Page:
With his eye given the all clear,
now Max just has to wait for the antibiotics
to tackle his skin infection and get the swelling down in his face.
Day two and it's time for an update.
I'm getting better.
His eye has gone down considerably,
but he's still inflamed underneath his eye.
It's quite a difference from day one,
although he's not ready to go home yet.
Max has to stay in hospital for another night,
to get more antibiotics into his system.
But the next day, there's good news.
Yes, a lot better.
He does look much less swollen now.
Now that he's had antibiotics for two days,
Max has improved dramatically.
The cellulitis has been curtailed
and we're happy for him to go home.
Any by the looks of it, Max can't wait.
Maybe that monster movie's on the telly again.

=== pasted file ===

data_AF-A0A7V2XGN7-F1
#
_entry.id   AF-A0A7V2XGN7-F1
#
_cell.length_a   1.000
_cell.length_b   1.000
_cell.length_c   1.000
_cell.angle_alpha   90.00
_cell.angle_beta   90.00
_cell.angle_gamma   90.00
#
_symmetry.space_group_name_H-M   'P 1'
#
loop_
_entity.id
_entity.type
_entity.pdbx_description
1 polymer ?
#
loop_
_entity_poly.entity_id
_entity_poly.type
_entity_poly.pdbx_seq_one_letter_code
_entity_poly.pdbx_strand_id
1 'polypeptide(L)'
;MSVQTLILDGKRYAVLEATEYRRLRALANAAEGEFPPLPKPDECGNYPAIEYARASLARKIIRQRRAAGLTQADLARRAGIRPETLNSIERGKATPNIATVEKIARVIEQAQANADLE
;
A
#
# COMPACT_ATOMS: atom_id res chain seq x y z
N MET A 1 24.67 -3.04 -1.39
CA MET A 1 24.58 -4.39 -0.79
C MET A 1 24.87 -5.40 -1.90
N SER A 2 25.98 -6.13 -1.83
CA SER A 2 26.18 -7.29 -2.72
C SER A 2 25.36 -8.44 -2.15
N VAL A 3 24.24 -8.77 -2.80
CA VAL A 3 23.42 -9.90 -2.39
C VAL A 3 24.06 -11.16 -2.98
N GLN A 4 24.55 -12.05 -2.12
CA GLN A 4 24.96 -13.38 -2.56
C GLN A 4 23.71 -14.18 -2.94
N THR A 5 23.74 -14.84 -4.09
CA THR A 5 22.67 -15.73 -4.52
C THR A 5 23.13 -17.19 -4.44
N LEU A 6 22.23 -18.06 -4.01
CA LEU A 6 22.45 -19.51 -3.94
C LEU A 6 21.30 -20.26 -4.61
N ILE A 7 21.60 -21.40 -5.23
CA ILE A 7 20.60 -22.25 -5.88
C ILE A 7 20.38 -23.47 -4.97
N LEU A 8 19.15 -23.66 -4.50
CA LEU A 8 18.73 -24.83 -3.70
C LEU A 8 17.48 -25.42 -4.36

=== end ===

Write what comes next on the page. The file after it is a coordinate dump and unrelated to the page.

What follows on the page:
BOTH TWINS: Bye, Max.
Still to come, the Unluckiest Kid catches a cold,
but we tell you how your body deals with it.
Harrison turns up in the emergency department
with something stuck in his ear.
And I meet someone who makes fake injuries for a living.
That patient would obviously be in a lot of pain.
Did you know that the bones in your body aren't white at all?
They're actually beige.
They only become white if they're cleaned and boiled.
That's amazing. So is this.
An ordinary boxing club,
with ordinary people working out.
This man's hard at it.
Is he a boxer?
Is he a wrestler?
He certainly is.
Oh, he looks very angry.
Hang on a minute. Why is he sitting down?
He's getting "ready to rumble"!
Meet Alan "Nasty" Nash
and he's the world champion toe wrestler.
It's just like arm wrestling, but with your toes.
You have to lock toes and then push your opponent's foot
to the side.
Alan's so good at it, he's won the world title eight times.
Do you have to pull that face when you're toe wrestling?
What an amazing "feet".
How does he do it?
Alan's mighty moves aren't just down to his twinkling toes.
His strength comes from his legs.